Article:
7. He’s greeting a new human friend — Some dogs greet strangers with a sniff, and if their nose approves, they may rub their head against their new friend and nuzzle him/her.

8. Her face is itchy or there’s something on it — Of all the reasons your dog might nuzzle you, this one is purely practical. Dogs with itchy faces like to rub them on things (for example, you) to relieve their discomfort. Dogs with remnants of food or drips of water on their muzzle often find something (for example, you) to use as a napkin.

The Adorable Head Tilt Explained

How cute is this mannerism? The canine head tilt is definitely one of the more charming behaviors dogs perform. They tend to do it in response to a particular tone of voice or a familiar sound that means something good is about to happen.

Now, to us humans, a dog with his head cocked appears to be trying to understand what we’re saying, or what a specific sound might mean. And according to veterinarian Dr. Sara Wooten, we’re more or less right. She says the head tilt might signify that your dog is trying to make sense of what he hears.1

Experts believe dogs probably tilt their heads when they think what they’re hearing might lead to something they enjoy, for example, a treat or a walk. According to Wooten, since dogs understand certain words, a pup who’s tilting his head might be trying to pick up a key word or tone change that holds promise.

Another possible reason for head tilting in dogs has to do with the way they hear. Their movable earflaps help them locate the source of sounds. By changing his head position, your dog can better distinguish differences in the time a sound reaches each ear, enabling him to judge how far he is from the sound.

Wooten believes head cocking is probably a natural behavior in dogs that they repeat the more it is reinforced. If you praise your dog or show special interest when he cocks his head (and how can you not?), he’ll be more likely to repeat the behavior. Wooten also says there’s no evidence that head tilting is associated with a dog’s breed, age, or intelligence.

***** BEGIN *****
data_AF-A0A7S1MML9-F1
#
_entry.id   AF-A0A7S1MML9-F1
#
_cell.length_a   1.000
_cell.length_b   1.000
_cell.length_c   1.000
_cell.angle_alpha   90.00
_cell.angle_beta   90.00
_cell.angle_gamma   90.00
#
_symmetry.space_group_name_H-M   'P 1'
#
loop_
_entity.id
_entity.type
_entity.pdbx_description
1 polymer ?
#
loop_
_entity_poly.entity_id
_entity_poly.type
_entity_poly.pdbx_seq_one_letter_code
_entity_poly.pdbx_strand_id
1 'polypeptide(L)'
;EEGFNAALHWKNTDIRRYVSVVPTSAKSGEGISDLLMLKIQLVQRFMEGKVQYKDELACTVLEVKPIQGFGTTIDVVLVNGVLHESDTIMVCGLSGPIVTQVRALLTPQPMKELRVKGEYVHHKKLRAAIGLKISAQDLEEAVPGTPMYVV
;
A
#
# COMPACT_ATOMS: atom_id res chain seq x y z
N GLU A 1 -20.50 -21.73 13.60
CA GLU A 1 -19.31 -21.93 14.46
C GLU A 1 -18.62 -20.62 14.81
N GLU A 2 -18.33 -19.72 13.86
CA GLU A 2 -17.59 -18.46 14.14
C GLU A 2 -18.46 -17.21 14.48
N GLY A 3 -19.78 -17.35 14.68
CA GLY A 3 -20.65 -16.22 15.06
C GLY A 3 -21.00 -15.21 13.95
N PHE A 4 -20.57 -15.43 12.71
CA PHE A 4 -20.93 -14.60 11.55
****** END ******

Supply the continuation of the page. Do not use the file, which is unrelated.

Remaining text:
It’s important to know the difference between a cute “listening” head tilt and one that is persistent or intermittent and happens without a trigger, as the latter can be a sign of a vestibular disease and requires investigation.

Dogs and the Zoomies

Just like exuberant children, sometimes dogs get wildly excited for no apparent reason and dash around in circles or back and forth, stopping abruptly to look at you before taking off again. In case you hadn’t heard, the not-so-scientific name for this behavior is “zoomies.”

Zoomies, by their very nature, can be quite difficult to capture on camera. Kudos to service dog Colt’s humans who captured him on a work break, taking advantage of his time off:

Zoomies is the best name ever, of course, but it turns out there’s a technical term for the behavior as well: frenetic random activity periods (FRAPs). These bursts of crazy canine energy usually last from a few seconds to a few minutes and can happen whether your dog is excited or seemingly relaxed.

According to veterinarian Dr. Patrick Mahaney, any dog can experience FRAPs, but interestingly, very young puppies may not show their exuberant selves in this way as often as older dogs do because their bodies haven’t developed enough to exert such a high level of energy. Healthy and happy adult dogs, on the other hand, can catch a case of the zoomies at any time.2

Animal behaviorists aren’t entirely sure why dogs get the zoomies, but a good guess is they’re the result of surges of pent-up energy.